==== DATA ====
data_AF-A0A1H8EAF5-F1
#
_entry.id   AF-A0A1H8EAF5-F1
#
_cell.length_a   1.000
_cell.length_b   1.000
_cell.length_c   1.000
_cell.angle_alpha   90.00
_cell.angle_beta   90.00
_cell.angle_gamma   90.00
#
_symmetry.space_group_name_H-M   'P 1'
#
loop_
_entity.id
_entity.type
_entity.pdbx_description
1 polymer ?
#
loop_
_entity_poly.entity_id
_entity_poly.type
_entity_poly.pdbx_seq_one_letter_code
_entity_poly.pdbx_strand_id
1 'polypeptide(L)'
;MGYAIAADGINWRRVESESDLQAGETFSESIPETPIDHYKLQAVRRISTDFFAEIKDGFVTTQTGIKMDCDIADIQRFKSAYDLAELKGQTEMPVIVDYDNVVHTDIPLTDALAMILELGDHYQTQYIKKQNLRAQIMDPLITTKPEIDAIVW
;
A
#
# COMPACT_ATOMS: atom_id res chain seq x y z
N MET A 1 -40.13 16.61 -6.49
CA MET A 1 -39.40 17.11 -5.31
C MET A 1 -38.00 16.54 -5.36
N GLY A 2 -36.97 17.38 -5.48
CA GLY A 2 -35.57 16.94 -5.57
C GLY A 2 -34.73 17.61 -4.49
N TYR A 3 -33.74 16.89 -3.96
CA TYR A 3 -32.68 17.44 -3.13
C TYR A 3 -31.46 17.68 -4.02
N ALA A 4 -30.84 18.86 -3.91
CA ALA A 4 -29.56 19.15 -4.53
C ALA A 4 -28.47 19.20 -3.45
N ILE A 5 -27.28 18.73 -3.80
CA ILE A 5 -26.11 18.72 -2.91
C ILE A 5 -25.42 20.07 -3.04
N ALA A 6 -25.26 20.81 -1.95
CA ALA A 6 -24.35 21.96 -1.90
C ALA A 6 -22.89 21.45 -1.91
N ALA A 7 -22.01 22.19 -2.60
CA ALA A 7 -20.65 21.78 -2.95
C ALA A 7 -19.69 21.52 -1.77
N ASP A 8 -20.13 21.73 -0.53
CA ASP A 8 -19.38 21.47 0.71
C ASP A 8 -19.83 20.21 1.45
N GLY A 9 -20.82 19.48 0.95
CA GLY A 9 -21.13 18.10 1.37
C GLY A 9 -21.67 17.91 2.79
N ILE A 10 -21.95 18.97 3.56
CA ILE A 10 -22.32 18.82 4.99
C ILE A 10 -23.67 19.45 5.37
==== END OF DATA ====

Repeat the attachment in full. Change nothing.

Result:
data_AF-A0A1H8EAF5-F1
#
_entry.id   AF-A0A1H8EAF5-F1
#
_cell.length_a   1.000
_cell.length_b   1.000
_cell.length_c   1.000
_cell.angle_alpha   90.00
_cell.angle_beta   90.00
_cell.angle_gamma   90.00
#
_symmetry.space_group_name_H-M   'P 1'
#
loop_
_entity.id
_entity.type
_entity.pdbx_description
1 polymer ?
#
loop_
_entity_poly.entity_id
_entity_poly.type
_entity_poly.pdbx_seq_one_letter_code
_entity_poly.pdbx_strand_id
1 'polypeptide(L)'
;MGYAIAADGINWRRVESESDLQAGETFSESIPETPIDHYKLQAVRRISTDFFAEIKDGFVTTQTGIKMDCDIADIQRFKSAYDLAELKGQTEMPVIVDYDNVVHTDIPLTDALAMILELGDHYQTQYIKKQNLRAQIMDPLITTKPEIDAIVW
;
A
#
# COMPACT_ATOMS: atom_id res chain seq x y z
N MET A 1 -40.13 16.61 -6.49
CA MET A 1 -39.40 17.11 -5.31
C MET A 1 -38.00 16.54 -5.36
N GLY A 2 -36.97 17.38 -5.48
CA GLY A 2 -35.57 16.94 -5.57
C GLY A 2 -34.73 17.61 -4.49
N TYR A 3 -33.74 16.89 -3.96
CA TYR A 3 -32.68 17.44 -3.13
C TYR A 3 -31.46 17.68 -4.02
N ALA A 4 -30.84 18.86 -3.91
CA ALA A 4 -29.56 19.15 -4.53
C ALA A 4 -28.47 19.20 -3.45
N ILE A 5 -27.28 18.73 -3.80
CA ILE A 5 -26.11 18.72 -2.91
C ILE A 5 -25.42 20.07 -3.04
N ALA A 6 -25.26 20.81 -1.95
CA ALA A 6 -24.35 21.96 -1.90
C ALA A 6 -22.89 21.45 -1.91
N ALA A 7 -22.01 22.19 -2.60
CA ALA A 7 -20.65 21.78 -2.95
C ALA A 7 -19.69 21.52 -1.77
N ASP A 8 -20.13 21.73 -0.53
CA ASP A 8 -19.38 21.47 0.71
C ASP A 8 -19.83 20.21 1.45
N GLY A 9 -20.82 19.48 0.95
CA GLY A 9 -21.13 18.10 1.37
C GLY A 9 -21.67 17.91 2.79
N ILE A 10 -21.95 18.97 3.56
CA ILE A 10 -22.32 18.82 4.99
C ILE A 10 -23.67 19.45 5.37